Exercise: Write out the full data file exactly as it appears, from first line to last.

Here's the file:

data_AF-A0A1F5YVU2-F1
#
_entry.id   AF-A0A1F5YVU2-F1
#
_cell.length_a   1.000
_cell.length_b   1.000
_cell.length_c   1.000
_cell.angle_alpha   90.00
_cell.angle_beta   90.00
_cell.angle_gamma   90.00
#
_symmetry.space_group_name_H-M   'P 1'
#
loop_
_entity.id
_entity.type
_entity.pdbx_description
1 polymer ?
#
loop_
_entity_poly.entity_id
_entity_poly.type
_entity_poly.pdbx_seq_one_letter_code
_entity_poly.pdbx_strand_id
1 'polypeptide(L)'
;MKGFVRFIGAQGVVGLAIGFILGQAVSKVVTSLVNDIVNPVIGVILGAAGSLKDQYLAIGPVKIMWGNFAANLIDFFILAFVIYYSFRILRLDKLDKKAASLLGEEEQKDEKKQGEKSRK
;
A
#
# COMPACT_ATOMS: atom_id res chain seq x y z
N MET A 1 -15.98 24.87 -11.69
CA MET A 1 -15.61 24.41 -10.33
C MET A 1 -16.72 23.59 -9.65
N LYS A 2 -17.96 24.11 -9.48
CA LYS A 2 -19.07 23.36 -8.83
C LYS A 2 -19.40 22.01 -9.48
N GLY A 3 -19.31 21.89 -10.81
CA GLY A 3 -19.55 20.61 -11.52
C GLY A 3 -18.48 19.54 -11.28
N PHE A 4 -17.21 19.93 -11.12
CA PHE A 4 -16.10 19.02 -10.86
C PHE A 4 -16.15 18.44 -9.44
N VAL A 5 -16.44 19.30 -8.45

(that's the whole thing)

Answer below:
data_AF-A0A1F5YVU2-F1
#
_entry.id   AF-A0A1F5YVU2-F1
#
_cell.length_a   1.000
_cell.length_b   1.000
_cell.length_c   1.000
_cell.angle_alpha   90.00
_cell.angle_beta   90.00
_cell.angle_gamma   90.00
#
_symmetry.space_group_name_H-M   'P 1'
#
loop_
_entity.id
_entity.type
_entity.pdbx_description
1 polymer ?
#
loop_
_entity_poly.entity_id
_entity_poly.type
_entity_poly.pdbx_seq_one_letter_code
_entity_poly.pdbx_strand_id
1 'polypeptide(L)'
;MKGFVRFIGAQGVVGLAIGFILGQAVSKVVTSLVNDIVNPVIGVILGAAGSLKDQYLAIGPVKIMWGNFAANLIDFFILAFVIYYSFRILRLDKLDKKAASLLGEEEQKDEKKQGEKSRK
;
A
#
# COMPACT_ATOMS: atom_id res chain seq x y z
N MET A 1 -15.98 24.87 -11.69
CA MET A 1 -15.61 24.41 -10.33
C MET A 1 -16.72 23.59 -9.65
N LYS A 2 -17.96 24.11 -9.48
CA LYS A 2 -19.07 23.36 -8.83
C LYS A 2 -19.40 22.01 -9.48
N GLY A 3 -19.31 21.89 -10.81
CA GLY A 3 -19.55 20.61 -11.52
C GLY A 3 -18.48 19.54 -11.28
N PHE A 4 -17.21 19.93 -11.12
CA PHE A 4 -16.10 19.02 -10.86
C PHE A 4 -16.15 18.44 -9.44
N VAL A 5 -16.44 19.30 -8.45